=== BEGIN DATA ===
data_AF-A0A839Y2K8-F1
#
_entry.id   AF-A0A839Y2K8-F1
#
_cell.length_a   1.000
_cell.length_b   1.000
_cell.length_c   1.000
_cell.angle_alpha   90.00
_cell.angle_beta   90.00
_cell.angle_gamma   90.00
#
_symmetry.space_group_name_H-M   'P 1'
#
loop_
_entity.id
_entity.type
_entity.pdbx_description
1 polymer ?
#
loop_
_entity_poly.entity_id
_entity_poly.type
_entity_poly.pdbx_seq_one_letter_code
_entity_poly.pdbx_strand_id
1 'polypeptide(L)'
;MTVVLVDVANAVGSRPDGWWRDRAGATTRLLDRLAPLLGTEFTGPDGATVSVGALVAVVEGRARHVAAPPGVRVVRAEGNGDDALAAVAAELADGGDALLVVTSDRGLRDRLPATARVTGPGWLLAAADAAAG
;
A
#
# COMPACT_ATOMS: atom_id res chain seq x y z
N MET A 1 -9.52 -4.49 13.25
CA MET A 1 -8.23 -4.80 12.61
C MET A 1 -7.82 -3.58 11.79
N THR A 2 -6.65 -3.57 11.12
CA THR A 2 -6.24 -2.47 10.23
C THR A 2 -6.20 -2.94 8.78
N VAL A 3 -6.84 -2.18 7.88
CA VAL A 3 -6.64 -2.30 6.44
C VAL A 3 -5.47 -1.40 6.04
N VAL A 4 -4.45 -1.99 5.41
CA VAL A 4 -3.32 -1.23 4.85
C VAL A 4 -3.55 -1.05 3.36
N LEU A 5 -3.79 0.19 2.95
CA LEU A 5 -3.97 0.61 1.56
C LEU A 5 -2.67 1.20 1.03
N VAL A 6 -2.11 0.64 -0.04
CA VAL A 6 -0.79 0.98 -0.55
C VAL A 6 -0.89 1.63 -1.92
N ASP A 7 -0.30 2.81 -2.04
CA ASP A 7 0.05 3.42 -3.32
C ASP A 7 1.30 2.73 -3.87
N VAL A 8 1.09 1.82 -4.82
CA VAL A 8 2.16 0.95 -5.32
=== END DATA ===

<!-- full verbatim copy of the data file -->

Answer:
data_AF-A0A839Y2K8-F1
#
_entry.id   AF-A0A839Y2K8-F1
#
_cell.length_a   1.000
_cell.length_b   1.000
_cell.length_c   1.000
_cell.angle_alpha   90.00
_cell.angle_beta   90.00
_cell.angle_gamma   90.00
#
_symmetry.space_group_name_H-M   'P 1'
#
loop_
_entity.id
_entity.type
_entity.pdbx_description
1 polymer ?
#
loop_
_entity_poly.entity_id
_entity_poly.type
_entity_poly.pdbx_seq_one_letter_code
_entity_poly.pdbx_strand_id
1 'polypeptide(L)'
;MTVVLVDVANAVGSRPDGWWRDRAGATTRLLDRLAPLLGTEFTGPDGATVSVGALVAVVEGRARHVAAPPGVRVVRAEGNGDDALAAVAAELADGGDALLVVTSDRGLRDRLPATARVTGPGWLLAAADAAAG
;
A
#
# COMPACT_ATOMS: atom_id res chain seq x y z
N MET A 1 -9.52 -4.49 13.25
CA MET A 1 -8.23 -4.80 12.61
C MET A 1 -7.82 -3.58 11.79
N THR A 2 -6.65 -3.57 11.12
CA THR A 2 -6.24 -2.47 10.23
C THR A 2 -6.20 -2.94 8.78
N VAL A 3 -6.84 -2.18 7.88
CA VAL A 3 -6.64 -2.30 6.44
C VAL A 3 -5.47 -1.40 6.04
N VAL A 4 -4.45 -1.99 5.41
CA VAL A 4 -3.32 -1.23 4.85
C VAL A 4 -3.55 -1.05 3.36
N LEU A 5 -3.79 0.19 2.95
CA LEU A 5 -3.97 0.61 1.56
C LEU A 5 -2.67 1.20 1.03
N VAL A 6 -2.11 0.64 -0.04
CA VAL A 6 -0.79 0.98 -0.55
C VAL A 6 -0.89 1.63 -1.92
N ASP A 7 -0.30 2.81 -2.04
CA ASP A 7 0.05 3.42 -3.32
C ASP A 7 1.30 2.73 -3.87
N VAL A 8 1.09 1.82 -4.82
CA VAL A 8 2.16 0.95 -5.32